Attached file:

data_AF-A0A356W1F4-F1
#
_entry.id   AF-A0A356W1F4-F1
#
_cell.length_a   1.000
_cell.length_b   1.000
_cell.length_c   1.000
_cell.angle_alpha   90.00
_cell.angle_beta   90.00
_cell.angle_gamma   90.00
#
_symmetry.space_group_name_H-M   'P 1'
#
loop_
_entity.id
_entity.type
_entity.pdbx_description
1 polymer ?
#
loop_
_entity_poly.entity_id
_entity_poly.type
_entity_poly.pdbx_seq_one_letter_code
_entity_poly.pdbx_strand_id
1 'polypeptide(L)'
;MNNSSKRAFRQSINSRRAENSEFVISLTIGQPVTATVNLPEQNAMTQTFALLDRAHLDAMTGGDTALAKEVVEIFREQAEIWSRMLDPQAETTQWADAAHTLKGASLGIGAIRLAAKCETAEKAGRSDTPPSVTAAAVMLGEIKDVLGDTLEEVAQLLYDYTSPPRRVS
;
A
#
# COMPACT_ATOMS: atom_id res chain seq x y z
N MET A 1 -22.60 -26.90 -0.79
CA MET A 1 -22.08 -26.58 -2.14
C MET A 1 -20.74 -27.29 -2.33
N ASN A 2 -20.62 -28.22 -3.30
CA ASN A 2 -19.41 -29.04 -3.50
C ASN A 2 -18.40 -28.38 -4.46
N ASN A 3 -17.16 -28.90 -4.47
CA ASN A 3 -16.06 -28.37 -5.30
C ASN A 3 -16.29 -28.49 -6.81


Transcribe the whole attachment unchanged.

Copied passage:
data_AF-A0A356W1F4-F1
#
_entry.id   AF-A0A356W1F4-F1
#
_cell.length_a   1.000
_cell.length_b   1.000
_cell.length_c   1.000
_cell.angle_alpha   90.00
_cell.angle_beta   90.00
_cell.angle_gamma   90.00
#
_symmetry.space_group_name_H-M   'P 1'
#
loop_
_entity.id
_entity.type
_entity.pdbx_description
1 polymer ?
#
loop_
_entity_poly.entity_id
_entity_poly.type
_entity_poly.pdbx_seq_one_letter_code
_entity_poly.pdbx_strand_id
1 'polypeptide(L)'
;MNNSSKRAFRQSINSRRAENSEFVISLTIGQPVTATVNLPEQNAMTQTFALLDRAHLDAMTGGDTALAKEVVEIFREQAEIWSRMLDPQAETTQWADAAHTLKGASLGIGAIRLAAKCETAEKAGRSDTPPSVTAAAVMLGEIKDVLGDTLEEVAQLLYDYTSPPRRVS
;
A
#
# COMPACT_ATOMS: atom_id res chain seq x y z
N MET A 1 -22.60 -26.90 -0.79
CA MET A 1 -22.08 -26.58 -2.14
C MET A 1 -20.74 -27.29 -2.33
N ASN A 2 -20.62 -28.22 -3.30
CA ASN A 2 -19.41 -29.04 -3.50
C ASN A 2 -18.40 -28.38 -4.46
N ASN A 3 -17.16 -28.90 -4.47
CA ASN A 3 -16.06 -28.37 -5.30
C ASN A 3 -16.29 -28.49 -6.81